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close this bookDeveloping the non-farm Sector in Bangladesh: Lessons from other Asian Countries (WB, 1996, 116 p.)
View the document(introduction...)
View the documentForeword
View the documentAbstract
View the documentAcknowledgements
View the documentSummary
View the documentImperatives and models
View the documentMacroeconomic trends in Bangladesh
Open this folder and view contentsWhat drives growth?
Open this folder and view contentsPattern of development
View the documentChoosing appropriate technologies
Open this folder and view contentsOther lessons from comparative experience
Open this folder and view contentsRural industry in Bangladesh
Open this folder and view contentsRural industry and export-led growth
View the documentGrowth poles
View the documentConcluding observations
View the documentTables and chards
View the documentBibliography

Abstract

To increase per capita incomes at a faster pace and reduce the incidence of poverty, Bangladesh must significantly raise the average GDP growth from the 4 percent range of recent years to 7-9 percent per annum. The sectoral sources of growth are limited, the share of industry in GDP is small, and the sector lacks dynamism. Although services account for 45% of GDP, the likelihood of it providing much additional growth momentum are also quite limited. Thus, an improvement in Bangladesh's economic performance is likely to come from an increase in agricultural productivity and the spread of rural industry. The purpose of this paper is threefold: to provide the macroeconomic backdrop to development in Bangladesh and to show how it compares with other countries with respect to a number of key indicators; to explore the preconditions for the emergence of rural industry as a leading sector and the lessons from the experience of Asian and African economies with regard to rural industrialization; the state of agriculture and rural industry in Bangladesh and a discussion of factors explaining recent trends; and the delineating of a strategy for promoting rural based industries with backward linkages to agriculture and forward to the urban sector.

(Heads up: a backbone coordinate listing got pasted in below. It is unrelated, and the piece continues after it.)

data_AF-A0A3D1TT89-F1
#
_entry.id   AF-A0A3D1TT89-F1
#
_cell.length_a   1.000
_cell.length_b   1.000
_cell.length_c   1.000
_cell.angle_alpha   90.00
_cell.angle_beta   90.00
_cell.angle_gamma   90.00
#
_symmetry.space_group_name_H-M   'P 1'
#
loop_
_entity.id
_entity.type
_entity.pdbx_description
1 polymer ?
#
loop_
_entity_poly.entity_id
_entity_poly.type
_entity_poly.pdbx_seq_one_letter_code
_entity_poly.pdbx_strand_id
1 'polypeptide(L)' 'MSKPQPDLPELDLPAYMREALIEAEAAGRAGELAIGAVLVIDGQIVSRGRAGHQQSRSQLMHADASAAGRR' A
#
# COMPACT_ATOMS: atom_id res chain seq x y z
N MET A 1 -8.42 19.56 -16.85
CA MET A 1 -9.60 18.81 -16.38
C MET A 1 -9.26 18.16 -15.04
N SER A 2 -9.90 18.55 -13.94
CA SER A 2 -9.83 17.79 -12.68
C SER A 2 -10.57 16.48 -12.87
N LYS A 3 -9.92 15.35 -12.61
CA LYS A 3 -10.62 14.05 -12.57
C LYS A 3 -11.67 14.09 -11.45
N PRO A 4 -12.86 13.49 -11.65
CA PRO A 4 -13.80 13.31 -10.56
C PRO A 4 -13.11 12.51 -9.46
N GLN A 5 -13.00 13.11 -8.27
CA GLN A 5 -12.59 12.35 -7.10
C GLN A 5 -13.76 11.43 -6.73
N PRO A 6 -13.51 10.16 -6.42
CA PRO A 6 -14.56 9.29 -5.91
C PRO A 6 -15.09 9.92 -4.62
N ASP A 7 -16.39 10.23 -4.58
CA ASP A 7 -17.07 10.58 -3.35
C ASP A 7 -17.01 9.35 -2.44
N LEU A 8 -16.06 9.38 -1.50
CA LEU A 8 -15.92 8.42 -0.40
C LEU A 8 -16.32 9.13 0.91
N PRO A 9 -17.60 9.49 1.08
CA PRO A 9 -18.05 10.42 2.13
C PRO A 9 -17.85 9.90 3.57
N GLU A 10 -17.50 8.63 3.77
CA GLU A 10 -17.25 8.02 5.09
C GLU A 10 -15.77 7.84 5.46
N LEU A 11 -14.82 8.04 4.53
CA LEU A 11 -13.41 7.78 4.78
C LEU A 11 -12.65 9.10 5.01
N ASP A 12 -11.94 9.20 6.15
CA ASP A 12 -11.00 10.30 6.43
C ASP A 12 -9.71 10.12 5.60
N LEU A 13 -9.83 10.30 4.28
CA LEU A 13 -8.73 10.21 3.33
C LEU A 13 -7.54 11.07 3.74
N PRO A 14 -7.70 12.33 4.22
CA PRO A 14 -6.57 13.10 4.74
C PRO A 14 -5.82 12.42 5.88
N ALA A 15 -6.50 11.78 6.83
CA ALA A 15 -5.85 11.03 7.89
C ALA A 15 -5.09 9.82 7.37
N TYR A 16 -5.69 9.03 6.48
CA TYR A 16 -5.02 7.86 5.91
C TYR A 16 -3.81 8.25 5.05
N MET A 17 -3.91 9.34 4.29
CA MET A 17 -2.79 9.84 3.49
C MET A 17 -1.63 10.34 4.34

The findings of the study underscore the importance of location, with the hinterland of a few key cities having an edge over other parts of the country; the contribution of transport and communication infrastructure to rural industrialization; the advantages of adopting an export orientation and of seeking foreign direct investment; and the potential developmental role of local governments.